As an ENG 1100 instructor, I feel compelled to share my findings in a new assignment that I tested out on my students this semester. The experience is what follows: Instead of forcing students to make your everyday, typical PowerPoint presentation for their class project, consider something that is more enjoyable, and engaging. For an … Continue reading Not all Digital Pedagogy has to be Digital!
Let’s face it, as helpful as the internet can be, it can also be incredibly distracting. Pop-up ads, Facebook alerts, that “ding” noise your email makes when you’ve received a new message; they all take away our focus from the task we have at hand. To even further complicate the matter, colleges continue to offer … Continue reading The Counterproductive Internet
In attempts to encourage students to widen their vocabulary, teachers should include such engagement in their literature classroom, not just English composition. Along with allowing students to engage with a text on a literary level, why not ask them to engage in a more linguistic level as well? As students begin to read an assigned … Continue reading Reading Literature, Enhancing Vocabulary
“In the real world of the semester, the first class offers a never-to-be-recaptured moment of excitement and opportunity … I think a literature course should begin, on the very first day, with a sample of the most stirring, memorable text you plan to read.” Elaine Showalter (Teaching Literature, 46) The first day of class in a … Continue reading
In Kathleen Yancey’s first chapter of Teaching Literature as Reflective Practice, she shares five intriguing observations when it comes to the Gen. Ed. literature classroom. First and foremost, she argues that “the writing and reading tasks I assign in school aren’t the same kinds of reading and writing that students do outside of school. And … Continue reading Teaching Literature, not Comfort Zones
Adeline Koh from “Introducing Digital Humanities Work to Undergraduates”argues that “you and your students are all already digital humanists, because you all use technology in your daily lives.” Although there may be a sharper divide between digital humanists work and just simply using technology, she does make a point that we may be more organically … Continue reading What would Crusoe’s Pinterest Board look like?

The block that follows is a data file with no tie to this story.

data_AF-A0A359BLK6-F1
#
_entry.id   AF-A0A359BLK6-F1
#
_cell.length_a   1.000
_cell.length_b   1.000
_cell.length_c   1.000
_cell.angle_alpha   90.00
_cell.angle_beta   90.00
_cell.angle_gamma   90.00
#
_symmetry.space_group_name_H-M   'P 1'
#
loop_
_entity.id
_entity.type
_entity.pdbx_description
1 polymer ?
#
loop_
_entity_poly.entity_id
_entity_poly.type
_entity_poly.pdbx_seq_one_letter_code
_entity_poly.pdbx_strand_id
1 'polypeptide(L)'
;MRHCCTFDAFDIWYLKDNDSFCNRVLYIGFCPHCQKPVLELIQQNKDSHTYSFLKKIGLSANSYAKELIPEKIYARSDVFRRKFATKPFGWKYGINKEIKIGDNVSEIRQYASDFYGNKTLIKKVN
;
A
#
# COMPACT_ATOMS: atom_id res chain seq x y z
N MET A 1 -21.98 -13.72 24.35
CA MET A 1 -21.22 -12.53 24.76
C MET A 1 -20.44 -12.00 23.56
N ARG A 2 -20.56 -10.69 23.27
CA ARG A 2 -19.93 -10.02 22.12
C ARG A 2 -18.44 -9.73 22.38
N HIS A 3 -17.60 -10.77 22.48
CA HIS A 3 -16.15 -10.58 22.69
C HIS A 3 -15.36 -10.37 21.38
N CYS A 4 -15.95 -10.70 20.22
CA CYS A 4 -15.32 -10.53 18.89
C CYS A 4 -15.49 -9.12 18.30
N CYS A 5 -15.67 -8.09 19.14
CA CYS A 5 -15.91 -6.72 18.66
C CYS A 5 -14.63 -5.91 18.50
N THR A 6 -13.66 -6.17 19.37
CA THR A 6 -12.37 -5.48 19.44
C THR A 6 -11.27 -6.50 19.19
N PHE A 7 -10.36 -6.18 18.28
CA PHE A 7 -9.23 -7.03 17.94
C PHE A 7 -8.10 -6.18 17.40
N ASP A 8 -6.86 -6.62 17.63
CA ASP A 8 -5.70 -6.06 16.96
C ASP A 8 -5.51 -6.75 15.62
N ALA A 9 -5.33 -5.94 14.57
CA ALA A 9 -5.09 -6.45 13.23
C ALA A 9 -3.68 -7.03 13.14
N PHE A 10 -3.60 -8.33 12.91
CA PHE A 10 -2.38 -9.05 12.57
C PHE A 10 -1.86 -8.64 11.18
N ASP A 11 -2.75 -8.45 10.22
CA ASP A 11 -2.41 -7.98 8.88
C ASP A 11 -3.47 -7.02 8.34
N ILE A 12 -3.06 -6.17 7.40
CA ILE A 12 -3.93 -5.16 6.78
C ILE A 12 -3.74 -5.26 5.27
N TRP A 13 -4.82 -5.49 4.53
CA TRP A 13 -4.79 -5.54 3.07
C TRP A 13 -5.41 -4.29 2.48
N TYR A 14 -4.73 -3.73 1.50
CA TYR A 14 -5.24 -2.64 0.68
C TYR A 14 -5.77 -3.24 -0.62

Starr Sackstein combines drawing and literature in her classroom. In her article, “Make it Visual: Students Draw Austen’s characters,” she believes that the process of students drawing what they read “connect them to the work and allow them to make meaning on their own.” Through drawing, we can bring literature to life in the classroom. … Continue reading On “Make it Visual”
Peter Mendelsund’s article “What We See When We Read” offers a compelling insight to close reading in literature. Some may argue that an author’s writing ability depends on the complexity of the images they are able to project into a reader’s mind; however, “Most authors … provide their fictional characters with more behavioral then physical … Continue reading Sometimes, Less is More
As most DHer's are aware of, there has been a constant debate over how much control computers and the digital world have on innovative learning. Some believe that students should be able to learn without the overwhelming force that the digital world has. Thus, teachers have been creating new ways in which there is a … Continue reading Bridging the Gap through Newspapers
Mark Sample's essay, in many ways, diverts from the typical attitude that many English professors share. Unlike those who feel that the best way to evaluate a student in an English class is to require them to write an essay, Sample compares the essay to the standardized test in which "the only thing an essay … Continue reading Another “Woven” Approach to Creative Analysis